Well, this is it! And so begins the final blog posting for COMM 2F00. Not sure if I’ll continue in my blogging career, but it’s been an informative journey either way. For anyone who cares, I scored a 157 on the June LSAT, or 71st percentile. It’s not a great score, but not terrible considering I pretty much winged it. Now I’m starting a 2-month prep course before writing the exam again on October 5th, where I’ll be hoping for a mark in the 90’s, percentile-wise.
After reading everyone’s comments over the last week, it has become pretty apparent that all of us have enjoyed and embraced the opportunity to develop our online voice. Through learning how to better use Facebook, Twitter, YouTube, Soundcloud, WordPress, Storify and the other platforms this course has utilized, we are now equipped with the weapons to be citizen journalists ourselves. At the very least, I think we’ve all grown more aware of the opportunity for unprecedented interaction that is now available to us every day.
Many sports journalists will communicate with fans during games, in publically viewable conversations, giving anyone the ability to broadcast their sports play-by-play and opinions to hundreds of thousands of listeners. This last year, swimsuit model Kate Upton agreed (and then canceled) to go to prom with a high school student, who asked her via Twitter/YouTube. Another teenager asked 600 porn stars to go with him over Twitter (2 said yes). These bizarre stories have only recently had the ability to become stories. Not only because everyday people would rarely have the opportunity to communicate with celebrities, but also because these stories can be carried, blogged about, and re-tweeted by a new breed of journalists, as these stories would likely be ignored by mainstream news outlets.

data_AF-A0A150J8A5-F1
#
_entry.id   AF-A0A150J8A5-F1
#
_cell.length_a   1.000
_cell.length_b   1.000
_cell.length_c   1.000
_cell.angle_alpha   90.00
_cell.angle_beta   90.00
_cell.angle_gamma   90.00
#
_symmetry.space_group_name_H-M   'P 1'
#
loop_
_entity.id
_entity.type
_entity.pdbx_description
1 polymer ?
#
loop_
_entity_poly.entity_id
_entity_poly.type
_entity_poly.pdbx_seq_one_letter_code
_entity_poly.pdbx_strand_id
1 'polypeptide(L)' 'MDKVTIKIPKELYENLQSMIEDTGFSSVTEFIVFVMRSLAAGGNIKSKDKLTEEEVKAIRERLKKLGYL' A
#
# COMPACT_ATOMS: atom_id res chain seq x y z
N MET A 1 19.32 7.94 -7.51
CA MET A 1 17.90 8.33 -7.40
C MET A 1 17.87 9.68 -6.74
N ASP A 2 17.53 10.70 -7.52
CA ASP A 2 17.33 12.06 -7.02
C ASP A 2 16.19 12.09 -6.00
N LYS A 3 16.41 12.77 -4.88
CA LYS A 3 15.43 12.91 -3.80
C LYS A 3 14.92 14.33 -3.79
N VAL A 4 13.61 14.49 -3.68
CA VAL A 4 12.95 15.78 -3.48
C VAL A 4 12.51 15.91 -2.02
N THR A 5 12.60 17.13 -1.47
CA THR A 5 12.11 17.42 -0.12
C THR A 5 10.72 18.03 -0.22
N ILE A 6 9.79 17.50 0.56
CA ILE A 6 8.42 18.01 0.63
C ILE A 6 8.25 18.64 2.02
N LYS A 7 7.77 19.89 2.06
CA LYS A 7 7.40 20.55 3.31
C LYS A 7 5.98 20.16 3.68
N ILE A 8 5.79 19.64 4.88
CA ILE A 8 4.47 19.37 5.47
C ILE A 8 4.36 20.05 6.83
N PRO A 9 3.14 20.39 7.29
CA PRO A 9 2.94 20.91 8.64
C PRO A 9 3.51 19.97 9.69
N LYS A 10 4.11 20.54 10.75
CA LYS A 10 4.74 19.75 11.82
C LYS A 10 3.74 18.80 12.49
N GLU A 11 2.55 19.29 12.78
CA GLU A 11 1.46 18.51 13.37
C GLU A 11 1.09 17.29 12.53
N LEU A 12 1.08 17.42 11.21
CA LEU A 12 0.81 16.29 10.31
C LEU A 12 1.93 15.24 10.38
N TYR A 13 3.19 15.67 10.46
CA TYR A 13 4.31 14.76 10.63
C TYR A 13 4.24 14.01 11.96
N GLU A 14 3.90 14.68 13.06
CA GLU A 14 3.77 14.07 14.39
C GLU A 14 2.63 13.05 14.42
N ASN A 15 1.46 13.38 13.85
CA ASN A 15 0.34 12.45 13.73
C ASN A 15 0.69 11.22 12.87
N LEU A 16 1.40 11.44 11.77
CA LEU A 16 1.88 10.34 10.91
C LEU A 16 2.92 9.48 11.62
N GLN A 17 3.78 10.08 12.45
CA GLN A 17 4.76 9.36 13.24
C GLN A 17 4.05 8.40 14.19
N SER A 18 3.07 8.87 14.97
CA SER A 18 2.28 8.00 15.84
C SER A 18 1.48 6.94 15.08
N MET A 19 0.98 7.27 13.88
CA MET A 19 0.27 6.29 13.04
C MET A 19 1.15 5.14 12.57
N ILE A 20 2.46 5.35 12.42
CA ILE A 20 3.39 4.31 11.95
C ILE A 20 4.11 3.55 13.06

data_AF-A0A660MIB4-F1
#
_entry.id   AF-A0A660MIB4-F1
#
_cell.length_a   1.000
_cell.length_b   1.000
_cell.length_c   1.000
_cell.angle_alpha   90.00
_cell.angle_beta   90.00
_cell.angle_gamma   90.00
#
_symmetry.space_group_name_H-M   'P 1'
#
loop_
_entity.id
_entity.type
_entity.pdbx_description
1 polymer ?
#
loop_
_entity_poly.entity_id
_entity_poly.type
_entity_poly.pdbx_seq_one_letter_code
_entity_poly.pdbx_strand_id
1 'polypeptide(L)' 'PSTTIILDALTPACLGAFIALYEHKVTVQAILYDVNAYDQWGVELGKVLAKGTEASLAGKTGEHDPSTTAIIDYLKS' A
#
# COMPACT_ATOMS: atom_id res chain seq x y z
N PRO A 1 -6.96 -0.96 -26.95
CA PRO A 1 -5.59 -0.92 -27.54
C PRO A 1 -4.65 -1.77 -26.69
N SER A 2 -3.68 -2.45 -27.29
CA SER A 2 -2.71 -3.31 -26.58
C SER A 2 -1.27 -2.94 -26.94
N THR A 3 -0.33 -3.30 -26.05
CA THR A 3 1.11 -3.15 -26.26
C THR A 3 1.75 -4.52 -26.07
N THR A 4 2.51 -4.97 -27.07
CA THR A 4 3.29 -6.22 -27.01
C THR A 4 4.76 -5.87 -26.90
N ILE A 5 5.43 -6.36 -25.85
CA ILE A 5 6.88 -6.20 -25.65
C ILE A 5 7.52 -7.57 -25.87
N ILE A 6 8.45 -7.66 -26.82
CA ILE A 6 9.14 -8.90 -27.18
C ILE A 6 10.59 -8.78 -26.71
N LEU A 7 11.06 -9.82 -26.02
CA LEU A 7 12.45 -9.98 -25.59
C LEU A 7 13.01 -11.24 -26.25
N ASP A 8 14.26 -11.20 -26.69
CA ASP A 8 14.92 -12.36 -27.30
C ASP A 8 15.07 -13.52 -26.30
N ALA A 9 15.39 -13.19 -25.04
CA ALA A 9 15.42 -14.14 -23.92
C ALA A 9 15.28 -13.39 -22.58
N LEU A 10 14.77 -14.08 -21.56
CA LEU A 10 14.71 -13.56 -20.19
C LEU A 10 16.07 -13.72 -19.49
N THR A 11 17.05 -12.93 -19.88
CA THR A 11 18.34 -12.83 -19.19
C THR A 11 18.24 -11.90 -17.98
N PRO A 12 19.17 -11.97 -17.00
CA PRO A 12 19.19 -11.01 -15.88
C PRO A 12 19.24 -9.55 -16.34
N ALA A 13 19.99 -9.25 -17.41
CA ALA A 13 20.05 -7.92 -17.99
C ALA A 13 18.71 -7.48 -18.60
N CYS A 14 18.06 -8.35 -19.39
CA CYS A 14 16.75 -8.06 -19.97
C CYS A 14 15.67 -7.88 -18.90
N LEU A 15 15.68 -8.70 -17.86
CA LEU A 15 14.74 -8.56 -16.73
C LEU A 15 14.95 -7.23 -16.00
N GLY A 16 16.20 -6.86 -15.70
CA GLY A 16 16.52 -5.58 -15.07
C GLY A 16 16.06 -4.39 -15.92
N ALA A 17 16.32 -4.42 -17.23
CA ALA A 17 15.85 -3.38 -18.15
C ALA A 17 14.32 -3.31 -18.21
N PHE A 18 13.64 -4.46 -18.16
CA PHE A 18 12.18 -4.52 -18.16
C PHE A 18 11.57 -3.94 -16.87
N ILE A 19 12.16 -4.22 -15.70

And perhaps here is where the opportunity for social activism comes in. It’s even been suggested that uprisings over the last few years in parts of the Middle East, Iran and Egypt were largely caused by, or least aided by, campaigns on Twitter and Facebook. These opinions then lead to counter-arguments by journalists such as Malcolm Gladwell.
Stay tuned while I try to get a hang of this Storify thing over the next few days…